Approximately 25% of the U.S. population lives in a community association, more commonly known as a homeowner’s association or HOA. According to the Community Association Institute, these homeowners pay more than $96 billion annually in assessments.
Attorney Barry A. Ross, JD, aims to educate people about some of the major pitfalls in a community association based on the real cases he handled. He is the author of the new book, Are You the King or Queen or Your Castle? Not If You Live in a Homeowner’s Association (2023, Indie Books International).
“Many homeowners have a love-hate relationship with their community association,” says Ross. “Though the association provides useful services to the neighborhood, there is a downside in the form of rules and regulations that can feel arbitrary or pointless.”
Ross has practiced real estate and community association law for 50 years in California. During his career, Ross has participated in more than 100 jury and non-jury trials, more than 50 arbitrations and mediations, and 20 appeals to the California Court of Appeal, including the landmark case of Cabrera v. Alam (2011) 197 Cal. App. 4th 1077 involving the applicability of the Strategic Lawsuit Against Public Participation (freedom of speech) to a community association.
As an attorney, Ross has focused on community association law. He primarily represents homeowners and business owners against their community associations.
Homeowners, community association managers, real estate agents, and attorneys will find the collection of stories in this book both educational and entertaining.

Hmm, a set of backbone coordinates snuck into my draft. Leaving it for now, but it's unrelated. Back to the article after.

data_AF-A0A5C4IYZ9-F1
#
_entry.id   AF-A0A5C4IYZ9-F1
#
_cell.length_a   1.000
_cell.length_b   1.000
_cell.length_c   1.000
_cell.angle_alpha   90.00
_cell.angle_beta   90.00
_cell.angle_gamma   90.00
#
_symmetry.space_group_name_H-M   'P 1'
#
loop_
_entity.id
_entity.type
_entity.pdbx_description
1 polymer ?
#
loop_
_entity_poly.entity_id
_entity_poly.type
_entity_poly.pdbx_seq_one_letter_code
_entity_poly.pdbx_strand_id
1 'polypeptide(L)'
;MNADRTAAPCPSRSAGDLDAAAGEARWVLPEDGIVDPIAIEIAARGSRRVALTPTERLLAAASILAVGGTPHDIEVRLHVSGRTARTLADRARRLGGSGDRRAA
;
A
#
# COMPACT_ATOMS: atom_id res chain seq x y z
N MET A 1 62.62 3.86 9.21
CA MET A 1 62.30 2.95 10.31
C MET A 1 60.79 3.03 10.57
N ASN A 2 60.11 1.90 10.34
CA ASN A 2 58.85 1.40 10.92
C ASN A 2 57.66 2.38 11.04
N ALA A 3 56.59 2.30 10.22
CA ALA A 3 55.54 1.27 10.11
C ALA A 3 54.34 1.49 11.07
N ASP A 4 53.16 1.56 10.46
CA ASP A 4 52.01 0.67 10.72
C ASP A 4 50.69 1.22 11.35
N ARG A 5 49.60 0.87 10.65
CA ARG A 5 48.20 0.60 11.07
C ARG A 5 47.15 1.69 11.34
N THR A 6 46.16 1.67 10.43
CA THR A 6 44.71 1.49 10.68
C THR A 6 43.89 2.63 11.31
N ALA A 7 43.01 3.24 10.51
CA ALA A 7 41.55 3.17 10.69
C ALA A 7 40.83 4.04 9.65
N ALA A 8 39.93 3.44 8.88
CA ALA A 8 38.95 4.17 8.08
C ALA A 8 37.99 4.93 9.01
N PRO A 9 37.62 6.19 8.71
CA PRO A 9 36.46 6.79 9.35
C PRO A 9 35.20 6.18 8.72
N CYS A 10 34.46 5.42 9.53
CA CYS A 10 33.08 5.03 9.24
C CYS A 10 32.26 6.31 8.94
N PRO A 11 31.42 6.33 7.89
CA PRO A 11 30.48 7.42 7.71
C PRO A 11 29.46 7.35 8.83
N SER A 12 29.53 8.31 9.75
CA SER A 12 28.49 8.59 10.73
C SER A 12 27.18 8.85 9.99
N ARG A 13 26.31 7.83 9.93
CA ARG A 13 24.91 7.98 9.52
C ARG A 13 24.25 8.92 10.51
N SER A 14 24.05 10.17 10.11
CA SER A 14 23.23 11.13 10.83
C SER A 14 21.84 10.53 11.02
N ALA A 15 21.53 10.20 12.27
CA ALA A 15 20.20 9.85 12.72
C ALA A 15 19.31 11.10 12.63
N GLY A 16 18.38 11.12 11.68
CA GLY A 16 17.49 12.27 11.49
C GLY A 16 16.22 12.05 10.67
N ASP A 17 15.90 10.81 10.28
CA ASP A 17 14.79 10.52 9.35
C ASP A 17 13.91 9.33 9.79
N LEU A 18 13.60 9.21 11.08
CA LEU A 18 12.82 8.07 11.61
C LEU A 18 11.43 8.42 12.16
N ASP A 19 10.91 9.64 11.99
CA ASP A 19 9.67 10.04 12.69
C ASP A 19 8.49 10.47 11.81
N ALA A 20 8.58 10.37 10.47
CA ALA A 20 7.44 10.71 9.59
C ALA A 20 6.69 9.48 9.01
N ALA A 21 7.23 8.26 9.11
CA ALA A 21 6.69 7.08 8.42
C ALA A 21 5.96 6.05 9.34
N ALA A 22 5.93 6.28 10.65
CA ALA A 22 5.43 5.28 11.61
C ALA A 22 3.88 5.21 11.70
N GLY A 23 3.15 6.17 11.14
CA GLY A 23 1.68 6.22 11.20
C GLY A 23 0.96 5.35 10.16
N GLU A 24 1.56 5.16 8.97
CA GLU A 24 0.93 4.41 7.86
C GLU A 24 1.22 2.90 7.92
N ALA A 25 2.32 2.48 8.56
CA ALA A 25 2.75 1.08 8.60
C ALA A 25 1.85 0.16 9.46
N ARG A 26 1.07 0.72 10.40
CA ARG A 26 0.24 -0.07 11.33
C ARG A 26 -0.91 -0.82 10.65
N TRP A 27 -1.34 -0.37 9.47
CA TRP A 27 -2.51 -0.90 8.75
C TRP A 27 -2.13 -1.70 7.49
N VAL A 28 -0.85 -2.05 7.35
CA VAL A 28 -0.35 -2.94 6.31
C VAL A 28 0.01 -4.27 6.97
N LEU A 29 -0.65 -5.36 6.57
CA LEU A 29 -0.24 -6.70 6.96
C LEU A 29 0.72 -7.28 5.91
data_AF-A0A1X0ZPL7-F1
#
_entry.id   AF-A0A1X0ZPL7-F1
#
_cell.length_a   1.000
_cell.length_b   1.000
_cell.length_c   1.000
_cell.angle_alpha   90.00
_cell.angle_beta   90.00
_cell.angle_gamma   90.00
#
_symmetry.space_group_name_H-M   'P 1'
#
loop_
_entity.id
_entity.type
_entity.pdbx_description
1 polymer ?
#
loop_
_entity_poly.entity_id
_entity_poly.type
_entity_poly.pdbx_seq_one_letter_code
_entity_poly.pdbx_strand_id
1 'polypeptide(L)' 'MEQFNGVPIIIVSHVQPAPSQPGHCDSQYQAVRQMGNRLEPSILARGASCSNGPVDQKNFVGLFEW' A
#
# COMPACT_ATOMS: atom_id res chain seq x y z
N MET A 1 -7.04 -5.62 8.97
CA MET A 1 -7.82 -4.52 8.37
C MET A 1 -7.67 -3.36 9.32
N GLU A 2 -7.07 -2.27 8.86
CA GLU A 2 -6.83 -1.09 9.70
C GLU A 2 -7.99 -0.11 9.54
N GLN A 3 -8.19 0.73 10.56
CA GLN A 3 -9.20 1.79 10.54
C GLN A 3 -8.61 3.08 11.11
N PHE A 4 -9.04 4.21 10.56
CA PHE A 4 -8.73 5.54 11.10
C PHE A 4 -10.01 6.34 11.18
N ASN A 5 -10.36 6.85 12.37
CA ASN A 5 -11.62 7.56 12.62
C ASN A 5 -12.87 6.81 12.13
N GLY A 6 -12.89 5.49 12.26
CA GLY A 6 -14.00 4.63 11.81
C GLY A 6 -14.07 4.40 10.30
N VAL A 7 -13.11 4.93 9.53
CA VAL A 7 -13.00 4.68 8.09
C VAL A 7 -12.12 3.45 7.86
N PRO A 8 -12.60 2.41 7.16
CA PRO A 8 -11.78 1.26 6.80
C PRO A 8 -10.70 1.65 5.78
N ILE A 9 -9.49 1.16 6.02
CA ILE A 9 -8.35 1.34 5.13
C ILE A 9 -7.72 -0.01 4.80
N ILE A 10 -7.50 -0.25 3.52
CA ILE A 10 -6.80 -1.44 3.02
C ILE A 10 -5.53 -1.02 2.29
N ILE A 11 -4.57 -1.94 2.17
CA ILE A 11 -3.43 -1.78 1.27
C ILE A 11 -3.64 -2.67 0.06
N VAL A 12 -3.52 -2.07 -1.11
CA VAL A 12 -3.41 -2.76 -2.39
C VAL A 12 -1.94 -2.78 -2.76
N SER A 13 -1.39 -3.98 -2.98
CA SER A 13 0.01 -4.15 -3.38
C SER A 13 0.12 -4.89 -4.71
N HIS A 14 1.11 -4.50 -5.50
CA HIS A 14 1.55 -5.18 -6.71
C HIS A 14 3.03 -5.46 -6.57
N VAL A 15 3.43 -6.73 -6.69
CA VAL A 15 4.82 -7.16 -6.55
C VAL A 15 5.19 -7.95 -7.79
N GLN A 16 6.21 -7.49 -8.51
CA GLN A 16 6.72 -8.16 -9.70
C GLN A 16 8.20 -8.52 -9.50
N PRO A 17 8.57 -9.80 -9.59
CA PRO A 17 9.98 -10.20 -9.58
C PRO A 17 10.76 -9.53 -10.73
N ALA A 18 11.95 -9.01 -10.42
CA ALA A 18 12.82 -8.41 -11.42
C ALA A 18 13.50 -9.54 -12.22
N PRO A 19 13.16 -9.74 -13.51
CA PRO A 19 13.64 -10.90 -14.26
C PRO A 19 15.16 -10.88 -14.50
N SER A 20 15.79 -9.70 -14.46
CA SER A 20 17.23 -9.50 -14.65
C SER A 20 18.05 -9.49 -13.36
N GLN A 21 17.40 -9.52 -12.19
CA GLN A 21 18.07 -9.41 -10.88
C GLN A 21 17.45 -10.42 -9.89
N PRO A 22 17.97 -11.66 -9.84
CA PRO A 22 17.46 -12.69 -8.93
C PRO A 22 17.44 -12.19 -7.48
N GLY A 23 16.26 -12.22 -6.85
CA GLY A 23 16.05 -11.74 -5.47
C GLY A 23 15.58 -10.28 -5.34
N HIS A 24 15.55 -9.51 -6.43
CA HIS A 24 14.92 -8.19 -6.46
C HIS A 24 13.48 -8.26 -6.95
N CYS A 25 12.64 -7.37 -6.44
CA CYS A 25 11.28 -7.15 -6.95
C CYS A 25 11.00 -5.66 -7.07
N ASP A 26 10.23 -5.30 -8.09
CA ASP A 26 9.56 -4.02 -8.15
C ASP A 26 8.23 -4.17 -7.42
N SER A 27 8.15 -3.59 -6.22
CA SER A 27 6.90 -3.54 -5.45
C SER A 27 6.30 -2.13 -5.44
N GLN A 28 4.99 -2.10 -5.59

The book covers such questions as:
- Why am I not the king of my castle in an HOA?
- What to do when a neighbor harasses your family?
- Can you be sued for making a recommendation?
- Why are some people more equal than others?
- Does free speech apply at HOA board elections?
- Why property owners must continually monitor the architectural review process?
“One issue covered in the book is that many people complain about the management and operation of the board of directors of their community association,” says Ross. “Beyond simply complaining, how does a property owner cause a change in the board of directors?”
In the book Ross explains there are basically two ways to accomplish this change.
The first way concerns the next scheduled election of the board of directors. The property owner can seek to have a new slate of directors elected through the association’s normal election process. Sometimes this process is not effective because of the time between elections, the staggered terms of directors, the association’s election rules, or incumbent misconduct regarding the election, making it difficult for new persons to join the board of directors.
The second way concerns a recall election. The book includes a story of a particular recall election and the ramifications.
Ross has published many articles for attorneys and non-attorneys on community association laws. He has been a guest speaker on various community association topics before many different groups of attorneys, including the Orange County Bar Association and the San Diego Bar Association.
Ross has served as an expert witness on community association practices and procedures to trial attorneys in more than ten community association court cases.
Ross received a Bachelor of Arts degree in psychology from UCLA in 1970. He received a Juris Doctorate from Loyola University School of Law in Los Angeles in 1973. Ross was admitted to the California Bar in 1973.